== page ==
Are we having fun yet?
Menopause is technically defined as the absence of spontaneous menstrual cycles for 12 months. When it occurs naturally (as opposed to as a result from surgery or illness), it is usually around age 50 or 51—but can range from as early as age 45 to as late as 55.
Perimenopause—what most people think of as ‘the change’ or transition—can start as early as eight to 10 years before your period actually stops (doesn’t seem fair, we know). During this time, your ovaries gradually produce less estrogen until one to two years before menopause, when the drop in estrogen is more sudden. This is the time when many people experience the most severe symptoms of menopause. Hormone levels can swing more widely during this time, causing (sometimes dramatic) fluctuations in mood and energy, along with hot flashes, night sweats, vaginal dryness and vulvar changes, difficulty concentrating, changes in libido and headaches. Ready for this? Until your period actually stops all together you can still get pregnant—so birth control continues to be important. And, even once your period is completely gone (yes! Yes! YES!) other symptoms can continue as your hormone production continues to decline.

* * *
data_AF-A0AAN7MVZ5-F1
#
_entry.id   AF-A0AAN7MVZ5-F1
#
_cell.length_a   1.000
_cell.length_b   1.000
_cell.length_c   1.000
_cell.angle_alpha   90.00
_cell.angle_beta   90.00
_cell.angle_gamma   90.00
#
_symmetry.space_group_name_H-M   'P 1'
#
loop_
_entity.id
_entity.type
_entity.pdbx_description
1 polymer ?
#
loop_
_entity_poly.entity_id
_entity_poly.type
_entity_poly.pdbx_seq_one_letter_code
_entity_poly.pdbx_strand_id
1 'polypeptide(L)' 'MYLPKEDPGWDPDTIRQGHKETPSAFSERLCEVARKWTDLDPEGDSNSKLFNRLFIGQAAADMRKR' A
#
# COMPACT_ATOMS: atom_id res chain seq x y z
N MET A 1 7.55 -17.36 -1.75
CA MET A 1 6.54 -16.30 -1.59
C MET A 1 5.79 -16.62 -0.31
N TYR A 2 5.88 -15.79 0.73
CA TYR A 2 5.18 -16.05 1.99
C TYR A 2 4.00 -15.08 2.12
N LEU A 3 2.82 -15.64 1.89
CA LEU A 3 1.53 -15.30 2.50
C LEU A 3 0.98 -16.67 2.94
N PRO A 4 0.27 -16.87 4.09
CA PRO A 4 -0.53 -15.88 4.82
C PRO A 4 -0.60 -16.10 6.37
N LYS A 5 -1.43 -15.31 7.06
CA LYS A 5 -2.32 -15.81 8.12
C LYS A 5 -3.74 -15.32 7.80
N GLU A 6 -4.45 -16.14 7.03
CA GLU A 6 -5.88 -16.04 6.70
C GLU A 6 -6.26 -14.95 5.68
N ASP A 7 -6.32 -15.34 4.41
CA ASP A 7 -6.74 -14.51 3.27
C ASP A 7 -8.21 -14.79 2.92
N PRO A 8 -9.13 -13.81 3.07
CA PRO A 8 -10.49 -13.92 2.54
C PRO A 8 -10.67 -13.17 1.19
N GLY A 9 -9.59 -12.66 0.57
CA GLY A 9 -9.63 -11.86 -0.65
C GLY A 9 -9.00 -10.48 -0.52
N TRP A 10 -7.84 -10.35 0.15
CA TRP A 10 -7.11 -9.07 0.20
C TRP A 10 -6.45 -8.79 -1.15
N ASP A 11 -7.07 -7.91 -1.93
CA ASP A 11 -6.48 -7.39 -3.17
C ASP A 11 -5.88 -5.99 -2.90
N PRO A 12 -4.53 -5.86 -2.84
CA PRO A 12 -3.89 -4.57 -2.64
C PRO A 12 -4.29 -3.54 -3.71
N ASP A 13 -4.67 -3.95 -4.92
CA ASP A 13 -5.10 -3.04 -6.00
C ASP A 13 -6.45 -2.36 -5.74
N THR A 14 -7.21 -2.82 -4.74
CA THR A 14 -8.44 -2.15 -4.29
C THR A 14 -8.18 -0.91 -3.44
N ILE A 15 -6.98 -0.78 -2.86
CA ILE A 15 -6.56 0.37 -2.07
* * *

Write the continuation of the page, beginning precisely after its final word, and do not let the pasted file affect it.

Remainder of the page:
Once your ovaries stop releasing eggs and producing most of their estrogen—sometimes it takes years—you may begin to notice additional effects of menopause, such as changes in skin tone and texture, where you carry weight and the ability to manage your weight—as well as changes in your bone mass and strength. If you experience bleeding after your periods have stopped for a year, call us right away so we can evaluate this abnormal bleeding.
OK. So that is a lot of information and some of it doesn’t sound that fun. But remember, for the majority of people, symptoms of this transition are mild and manageable and there is a percentage who will experience no symptoms whatsoever. And, for those who experience symptoms that are dramatic and impact their quality of life, there are treatments and therapies that are known to help.